The sun, the most worshipped God in Egypt (other than Pharaoh himself), gave no light. The Lord showed that he had control over the sun as a witness that the God of Israel had ultimate power over life and death. The psychological and religious impact would have had a profound influence on the Egyptians at this point. Darkness was a representation of death, judgment and hopelessness. Darkness was a complete absence of light.
The Lord told Moses to stretch out his hand toward the sky and the plague of darkness would come.
Exodus 10:21-22, NAS
21 Then the Lord said to Moses, “Stretch out your hand toward the sky, that there may be darkness over the land of Egypt, even a darkness which may be felt.” 22 So Moses stretched out his hand toward the sky, and there was thick darkness in all the land of Egypt for three days.
The darkness of the 9th plague was a supernatural darkness in which there was a total absence of light, such as the bottom of a mine. It was much worse than a power outage. The darkness is described as being so great that it could be felt. Further, the description, “thick darkness” in verse 22 is literally “darkness of obscurity” or “dark darkness” where two synonyms for darkness are combined for emphasis like “black dark.”
They did not see one another, nor did anyone rise from his place for three days, but all the sons of Israel had light in their dwellings. (Exodus 10:23, NAS)
The darkness was so great that the Egyptians saw no one nor did they rise from their places for three days. However, the Israelites had light in their dwellings. The number, three, (reference 3 days) represents the Justice of the Holy Spirit, who implemented this plague.
9:11 The land is without light.
The “plague of darkness is further described in another ancient Egyptian document, a black granite monolith or shrine at the
border of Egypt, inscribed with hieroglyphics all over its surface. The shrine’s message declares:”
EL-ARISH: The land was in great affliction. Evil fell on this earth. . . It was a great upheaval in the residence. . . . Nobody left the palace during nine days, and during these nine days of upheaval there was such a tempest that neither the men nor the gods could see the faces of their next.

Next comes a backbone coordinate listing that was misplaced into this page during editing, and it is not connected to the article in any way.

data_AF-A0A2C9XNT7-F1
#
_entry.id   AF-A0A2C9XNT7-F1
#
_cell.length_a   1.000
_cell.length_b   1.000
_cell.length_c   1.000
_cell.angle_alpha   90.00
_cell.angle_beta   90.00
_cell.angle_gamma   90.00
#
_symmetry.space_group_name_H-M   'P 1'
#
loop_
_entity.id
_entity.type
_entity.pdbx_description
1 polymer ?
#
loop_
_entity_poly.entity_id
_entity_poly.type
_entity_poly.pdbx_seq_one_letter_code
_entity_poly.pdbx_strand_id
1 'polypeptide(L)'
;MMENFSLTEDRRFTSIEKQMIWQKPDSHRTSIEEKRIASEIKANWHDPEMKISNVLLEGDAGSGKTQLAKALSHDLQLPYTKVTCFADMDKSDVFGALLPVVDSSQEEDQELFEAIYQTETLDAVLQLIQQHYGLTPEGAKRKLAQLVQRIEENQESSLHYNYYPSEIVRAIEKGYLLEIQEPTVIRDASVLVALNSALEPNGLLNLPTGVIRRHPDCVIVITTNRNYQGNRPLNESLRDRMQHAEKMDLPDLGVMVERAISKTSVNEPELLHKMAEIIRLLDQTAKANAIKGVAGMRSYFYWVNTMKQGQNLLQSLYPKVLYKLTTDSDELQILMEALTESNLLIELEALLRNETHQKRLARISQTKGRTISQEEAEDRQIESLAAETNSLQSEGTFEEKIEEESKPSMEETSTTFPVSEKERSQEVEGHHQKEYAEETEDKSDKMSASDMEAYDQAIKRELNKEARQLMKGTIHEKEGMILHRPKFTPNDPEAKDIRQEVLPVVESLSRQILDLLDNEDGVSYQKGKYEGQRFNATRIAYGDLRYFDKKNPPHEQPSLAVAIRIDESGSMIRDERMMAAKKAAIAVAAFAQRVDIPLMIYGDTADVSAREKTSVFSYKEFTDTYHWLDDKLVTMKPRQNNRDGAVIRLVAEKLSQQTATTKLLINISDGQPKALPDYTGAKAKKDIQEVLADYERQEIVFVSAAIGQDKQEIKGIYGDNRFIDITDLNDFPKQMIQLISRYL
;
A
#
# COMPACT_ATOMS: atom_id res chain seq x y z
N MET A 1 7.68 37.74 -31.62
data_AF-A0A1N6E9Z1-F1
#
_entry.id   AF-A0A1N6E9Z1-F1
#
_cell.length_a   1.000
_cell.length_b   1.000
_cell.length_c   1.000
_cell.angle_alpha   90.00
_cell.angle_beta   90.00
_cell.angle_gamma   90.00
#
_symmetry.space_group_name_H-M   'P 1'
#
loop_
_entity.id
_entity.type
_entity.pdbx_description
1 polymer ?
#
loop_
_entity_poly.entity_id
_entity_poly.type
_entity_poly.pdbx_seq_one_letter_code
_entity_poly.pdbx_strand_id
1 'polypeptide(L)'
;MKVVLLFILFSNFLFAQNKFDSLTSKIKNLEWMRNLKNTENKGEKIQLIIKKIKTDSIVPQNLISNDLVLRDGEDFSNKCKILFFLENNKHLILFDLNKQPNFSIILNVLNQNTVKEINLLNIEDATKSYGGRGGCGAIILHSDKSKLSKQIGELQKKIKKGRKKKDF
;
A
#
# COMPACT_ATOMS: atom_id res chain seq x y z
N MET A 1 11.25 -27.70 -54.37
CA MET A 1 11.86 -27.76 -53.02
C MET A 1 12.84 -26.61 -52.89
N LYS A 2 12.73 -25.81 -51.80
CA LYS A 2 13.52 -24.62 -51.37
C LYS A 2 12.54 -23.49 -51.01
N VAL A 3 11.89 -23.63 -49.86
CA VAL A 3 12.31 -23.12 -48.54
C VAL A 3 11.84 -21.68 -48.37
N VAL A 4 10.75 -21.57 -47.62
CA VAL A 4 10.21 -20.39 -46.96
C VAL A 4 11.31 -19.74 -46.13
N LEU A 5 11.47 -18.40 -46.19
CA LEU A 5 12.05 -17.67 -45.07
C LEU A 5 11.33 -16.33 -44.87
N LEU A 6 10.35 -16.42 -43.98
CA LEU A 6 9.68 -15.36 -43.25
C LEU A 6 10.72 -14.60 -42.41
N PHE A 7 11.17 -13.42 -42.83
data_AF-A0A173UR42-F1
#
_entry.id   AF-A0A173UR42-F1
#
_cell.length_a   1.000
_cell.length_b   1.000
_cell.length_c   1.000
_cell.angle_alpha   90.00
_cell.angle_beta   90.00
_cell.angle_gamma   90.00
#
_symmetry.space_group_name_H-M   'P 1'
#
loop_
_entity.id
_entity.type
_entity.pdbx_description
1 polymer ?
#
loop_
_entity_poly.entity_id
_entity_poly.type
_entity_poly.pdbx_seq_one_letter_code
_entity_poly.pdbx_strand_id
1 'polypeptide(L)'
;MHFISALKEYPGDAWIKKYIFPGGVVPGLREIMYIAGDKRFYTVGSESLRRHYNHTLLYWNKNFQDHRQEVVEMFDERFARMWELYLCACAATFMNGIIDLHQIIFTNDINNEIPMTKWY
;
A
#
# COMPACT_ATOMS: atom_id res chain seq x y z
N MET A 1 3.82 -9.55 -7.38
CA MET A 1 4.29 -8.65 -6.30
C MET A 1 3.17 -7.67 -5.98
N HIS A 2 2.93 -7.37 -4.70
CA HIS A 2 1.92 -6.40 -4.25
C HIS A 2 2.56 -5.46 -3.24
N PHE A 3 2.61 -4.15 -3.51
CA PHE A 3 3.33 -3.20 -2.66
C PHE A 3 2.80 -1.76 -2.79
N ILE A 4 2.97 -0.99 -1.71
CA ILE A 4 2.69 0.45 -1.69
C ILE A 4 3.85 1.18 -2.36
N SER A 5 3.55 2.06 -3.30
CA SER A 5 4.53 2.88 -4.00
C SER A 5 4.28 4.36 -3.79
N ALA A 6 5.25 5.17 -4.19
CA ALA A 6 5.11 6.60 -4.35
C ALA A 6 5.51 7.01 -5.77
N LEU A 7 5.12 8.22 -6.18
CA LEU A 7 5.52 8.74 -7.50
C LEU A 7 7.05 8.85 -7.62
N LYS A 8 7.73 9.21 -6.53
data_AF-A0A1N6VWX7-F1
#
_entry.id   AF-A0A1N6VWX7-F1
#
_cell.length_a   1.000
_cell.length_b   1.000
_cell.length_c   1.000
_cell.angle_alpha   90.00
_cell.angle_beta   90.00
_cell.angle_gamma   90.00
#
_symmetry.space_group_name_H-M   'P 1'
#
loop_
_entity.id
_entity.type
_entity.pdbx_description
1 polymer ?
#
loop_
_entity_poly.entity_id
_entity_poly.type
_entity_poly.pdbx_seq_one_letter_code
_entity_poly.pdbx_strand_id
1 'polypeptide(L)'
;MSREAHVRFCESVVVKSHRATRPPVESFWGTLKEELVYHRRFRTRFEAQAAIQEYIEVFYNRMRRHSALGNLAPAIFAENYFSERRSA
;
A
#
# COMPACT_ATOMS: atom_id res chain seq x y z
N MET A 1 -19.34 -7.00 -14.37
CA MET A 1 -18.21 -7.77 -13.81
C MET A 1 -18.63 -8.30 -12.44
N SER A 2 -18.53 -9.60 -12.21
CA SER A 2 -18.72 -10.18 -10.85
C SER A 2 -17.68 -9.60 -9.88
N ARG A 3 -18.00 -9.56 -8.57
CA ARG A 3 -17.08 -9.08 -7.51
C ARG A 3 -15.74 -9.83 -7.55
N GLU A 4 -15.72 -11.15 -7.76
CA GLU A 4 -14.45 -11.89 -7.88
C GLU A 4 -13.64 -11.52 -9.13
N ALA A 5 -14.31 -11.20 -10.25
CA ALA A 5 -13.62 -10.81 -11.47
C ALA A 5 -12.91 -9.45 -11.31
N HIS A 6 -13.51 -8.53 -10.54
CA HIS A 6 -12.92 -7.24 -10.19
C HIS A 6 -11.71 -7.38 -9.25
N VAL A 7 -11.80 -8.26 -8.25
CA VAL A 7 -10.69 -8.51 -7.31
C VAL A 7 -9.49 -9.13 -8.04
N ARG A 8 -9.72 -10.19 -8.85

Light represents Eternal Life (John 1:4; 1 John 1:5); while darkness represents the absence of that light..
Then Pharaoh called to Moses, and said, “Go, serve the Lord; only let your flocks and your herds be detained. Even your little ones may go with you.” (Exodus 10:24, NAS)
Pharaoh offered the concession of letting the women and children go, but he withheld permission for the flocks and herds to go. He obviously believed in holding some collateral lest Israel keep going and not return. However, Moses objected to this ploy.
Exodus 10:25-26, NAS
25 But Moses said, “You must also let us have sacrifices and burnt offerings, that we may sacrifice them to the Lord our God. 26 “Therefore, our livestock, too, will go with us; not a hoof will be left behind, for we shall take some of them to serve the Lord our God. And until we arrive there, we ourselves do not know with what we shall serve the Lord.”
Moses stated emphatically with the expression, “not a hoof will be left behind,” that all the livestock had to go with them. Moses had previously stated that the livestock must go with them in Exodus 10:9. However, Pharaoh was still demonstrating his arrogance by trying to negotiate a change in the requirements. From the exchange between Moses and Pharaoh, it can be seen that God does not negotiate and Moses does not negotiate.
But the Lord hardened Pharaoh’s heart, and he was not willing to let them go. (Exodus 10:27 NAS)
The word for hardened here is chazaq, which stresses the strength, or firmness of Pharaoh’s convictions against God. This same word for hardened appeared after the previous plague. It shows that Pharaoh had again taken the offensive and needed more punishment.
Exodus 10:28-29, NAS
28 Then Pharaoh said to him, “Get away from me! Beware, do not see my face again, for in the day you see my face you shall die!” 29 And Moses said, “You are right; I shall never see your face again!”